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Selling Your Home? Do These Things Before You List.

Conceptual image of a man signing a mortgage or insurance contract or the deed of sale when buying a new house or selling his existing one with a small wooden model of a house alongside

Ahhh, summer. The time of year when our thoughts turn to swimming, frozen treats, and … moving? Reports indicate that summer is the most popular time to relocate, with 48 percent of moves happening between May and August.1

In May, the National Association of Realtors announced existing-home sales are forecasted to jump 3.5 percent in 2017, to its highest level in a decade.2 This increase is expected despite the probability of rising mortgage rates; the Mortgage Bankers Association is projecting that the average rate for a 30-year fixed-rate mortgage will be 4.7 percent by the fourth quarter of this year, up from 4.32 percent at the end of 2016.3

Are you considering making a move this year? If you have a house to sell, here are some things you might want to do before your listing goes live.

  • Write down your projects. Your house is likely to sell more quickly if it looks fresh and clean to potential buyers. Go into each area (be sure to include the garage and yard!) and make a list of projects that need to be done there. Do the carpets need to be cleaned? Could the walls use a fresh coat of paint? Make a checklist of all the projects, and assign a target completion date for each.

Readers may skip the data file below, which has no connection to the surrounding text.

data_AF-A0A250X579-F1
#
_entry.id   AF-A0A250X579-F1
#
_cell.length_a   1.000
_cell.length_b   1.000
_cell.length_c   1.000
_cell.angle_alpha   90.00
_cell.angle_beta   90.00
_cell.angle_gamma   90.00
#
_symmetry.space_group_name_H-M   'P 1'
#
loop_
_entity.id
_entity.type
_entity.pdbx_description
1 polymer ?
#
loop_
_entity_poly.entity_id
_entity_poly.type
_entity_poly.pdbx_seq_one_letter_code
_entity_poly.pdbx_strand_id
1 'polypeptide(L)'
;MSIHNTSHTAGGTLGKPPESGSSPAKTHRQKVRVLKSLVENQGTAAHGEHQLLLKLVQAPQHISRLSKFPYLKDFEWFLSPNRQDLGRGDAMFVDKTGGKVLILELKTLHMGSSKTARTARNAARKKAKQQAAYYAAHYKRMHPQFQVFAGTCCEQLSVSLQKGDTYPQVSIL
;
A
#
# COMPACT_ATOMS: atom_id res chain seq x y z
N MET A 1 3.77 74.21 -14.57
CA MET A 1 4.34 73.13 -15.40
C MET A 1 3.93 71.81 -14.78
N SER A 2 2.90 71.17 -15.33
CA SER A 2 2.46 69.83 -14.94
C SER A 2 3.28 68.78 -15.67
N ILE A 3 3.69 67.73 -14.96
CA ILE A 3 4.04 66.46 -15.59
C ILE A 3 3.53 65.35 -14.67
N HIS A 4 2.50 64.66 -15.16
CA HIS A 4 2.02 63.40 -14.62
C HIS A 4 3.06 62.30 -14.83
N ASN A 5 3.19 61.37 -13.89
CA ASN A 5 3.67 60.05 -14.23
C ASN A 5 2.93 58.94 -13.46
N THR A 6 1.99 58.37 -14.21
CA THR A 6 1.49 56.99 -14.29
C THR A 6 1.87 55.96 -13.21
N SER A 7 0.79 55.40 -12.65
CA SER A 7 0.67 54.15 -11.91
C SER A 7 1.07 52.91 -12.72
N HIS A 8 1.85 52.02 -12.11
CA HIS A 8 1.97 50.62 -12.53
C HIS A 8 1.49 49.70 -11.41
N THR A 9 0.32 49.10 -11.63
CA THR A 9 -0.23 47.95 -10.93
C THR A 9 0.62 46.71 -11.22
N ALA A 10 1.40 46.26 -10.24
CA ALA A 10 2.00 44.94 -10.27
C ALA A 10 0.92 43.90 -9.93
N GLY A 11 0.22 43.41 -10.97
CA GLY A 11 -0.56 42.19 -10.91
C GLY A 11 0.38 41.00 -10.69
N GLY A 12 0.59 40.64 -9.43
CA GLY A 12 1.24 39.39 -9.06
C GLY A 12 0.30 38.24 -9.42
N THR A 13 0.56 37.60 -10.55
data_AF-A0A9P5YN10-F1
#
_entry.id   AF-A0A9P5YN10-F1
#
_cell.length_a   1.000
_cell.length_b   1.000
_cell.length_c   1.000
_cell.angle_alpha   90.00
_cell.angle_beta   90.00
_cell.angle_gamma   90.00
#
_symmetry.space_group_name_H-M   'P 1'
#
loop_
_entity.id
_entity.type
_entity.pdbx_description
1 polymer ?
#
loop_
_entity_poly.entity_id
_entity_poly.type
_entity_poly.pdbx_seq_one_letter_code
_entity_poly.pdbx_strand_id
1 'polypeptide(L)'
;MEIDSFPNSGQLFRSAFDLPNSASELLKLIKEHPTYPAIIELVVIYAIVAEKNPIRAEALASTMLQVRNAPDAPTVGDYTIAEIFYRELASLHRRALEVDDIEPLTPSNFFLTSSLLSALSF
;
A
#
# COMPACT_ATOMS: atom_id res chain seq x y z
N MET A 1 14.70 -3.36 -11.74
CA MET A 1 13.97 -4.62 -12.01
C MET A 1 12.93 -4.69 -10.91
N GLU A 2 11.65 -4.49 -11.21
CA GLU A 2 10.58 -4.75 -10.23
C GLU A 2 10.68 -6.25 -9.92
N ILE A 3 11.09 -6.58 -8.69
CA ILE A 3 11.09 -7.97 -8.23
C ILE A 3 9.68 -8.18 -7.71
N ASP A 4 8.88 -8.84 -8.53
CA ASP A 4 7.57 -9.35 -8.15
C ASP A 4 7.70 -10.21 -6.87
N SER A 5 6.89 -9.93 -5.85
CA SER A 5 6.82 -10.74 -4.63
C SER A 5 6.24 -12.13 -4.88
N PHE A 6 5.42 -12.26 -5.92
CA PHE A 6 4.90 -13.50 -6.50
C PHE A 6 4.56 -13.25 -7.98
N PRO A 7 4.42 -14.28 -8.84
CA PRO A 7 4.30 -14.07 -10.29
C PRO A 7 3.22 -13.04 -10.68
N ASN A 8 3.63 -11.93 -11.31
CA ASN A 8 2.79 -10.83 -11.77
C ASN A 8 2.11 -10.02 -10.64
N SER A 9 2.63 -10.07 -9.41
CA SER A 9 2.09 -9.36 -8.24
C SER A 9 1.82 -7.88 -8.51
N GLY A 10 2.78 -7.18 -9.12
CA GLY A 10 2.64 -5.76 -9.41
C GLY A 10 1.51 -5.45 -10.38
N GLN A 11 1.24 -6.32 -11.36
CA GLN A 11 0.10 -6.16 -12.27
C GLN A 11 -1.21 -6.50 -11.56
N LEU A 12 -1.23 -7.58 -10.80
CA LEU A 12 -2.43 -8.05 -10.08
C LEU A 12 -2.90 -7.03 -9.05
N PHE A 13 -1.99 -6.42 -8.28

• Declutter. A full house looks like a smaller house. To make yours look bigger, start clearing out anything that’s not crucial to daily living. Sell unwanted items at a garage sale or donate to charity. If you have items you want to keep for your next place, consider renting a storage unit to house your stuff temporarily.4
  • Get a CLUE. There’s a free tool out there called the “Comprehensive Loss Underwriting Exchange,” or CLUE. This is a database that contains information about insurance claims made, going back seven years. Only the owner of a property may access its CLUE report. Not only can you examine what’s in the report and get ahead of any inaccuracies, but you can also make copies of a report for potential home buyers.5
  • Interview Realtors. If you’ll be listing your house with an agent, it’s OK to ask for an initial interview. This is a great time to ask your potential Realtor about their marketing strategies and determine if your expectations and personalities are a good match.6

1Martin Panayotov. My Moving Reviews. Dec. 9, 2016. “Moving Trends 2016: Annual Moving Industry Snapshot.” Accessed May 19, 2017.

2National Association of Realtors. May 18, 2017. “NAR Midyear Forecast: Existing-Home Sales Poised to Climb 3.5 Percent in 2017.” Accessed May 19, 2017.

3Holden Lewis. Jan. 4, 2017. “Mortgage Rate Forecast for 2017.” Accessed May 19, 2017.

4Dana Dratch. Feb. 2, 2016. “Before Your List Your House for Sale, Do These 6 Things.” Accessed May 19, 2017.

5Heather Larson. May 14, 2015. “Want to Avoid an Unpleasant Home Insurance Surprise With Your Next House? Get a CLUE.” Accessed May 19, 2017.

6Liz Alterman. Sept. 14, 2016. “What Is a Listing Agent? Why a Home Sale Hinges on Agent’s Expertise.” Accessed May 19, 2017.


Money Saving Tips

The Bottom Line on Your Home Sale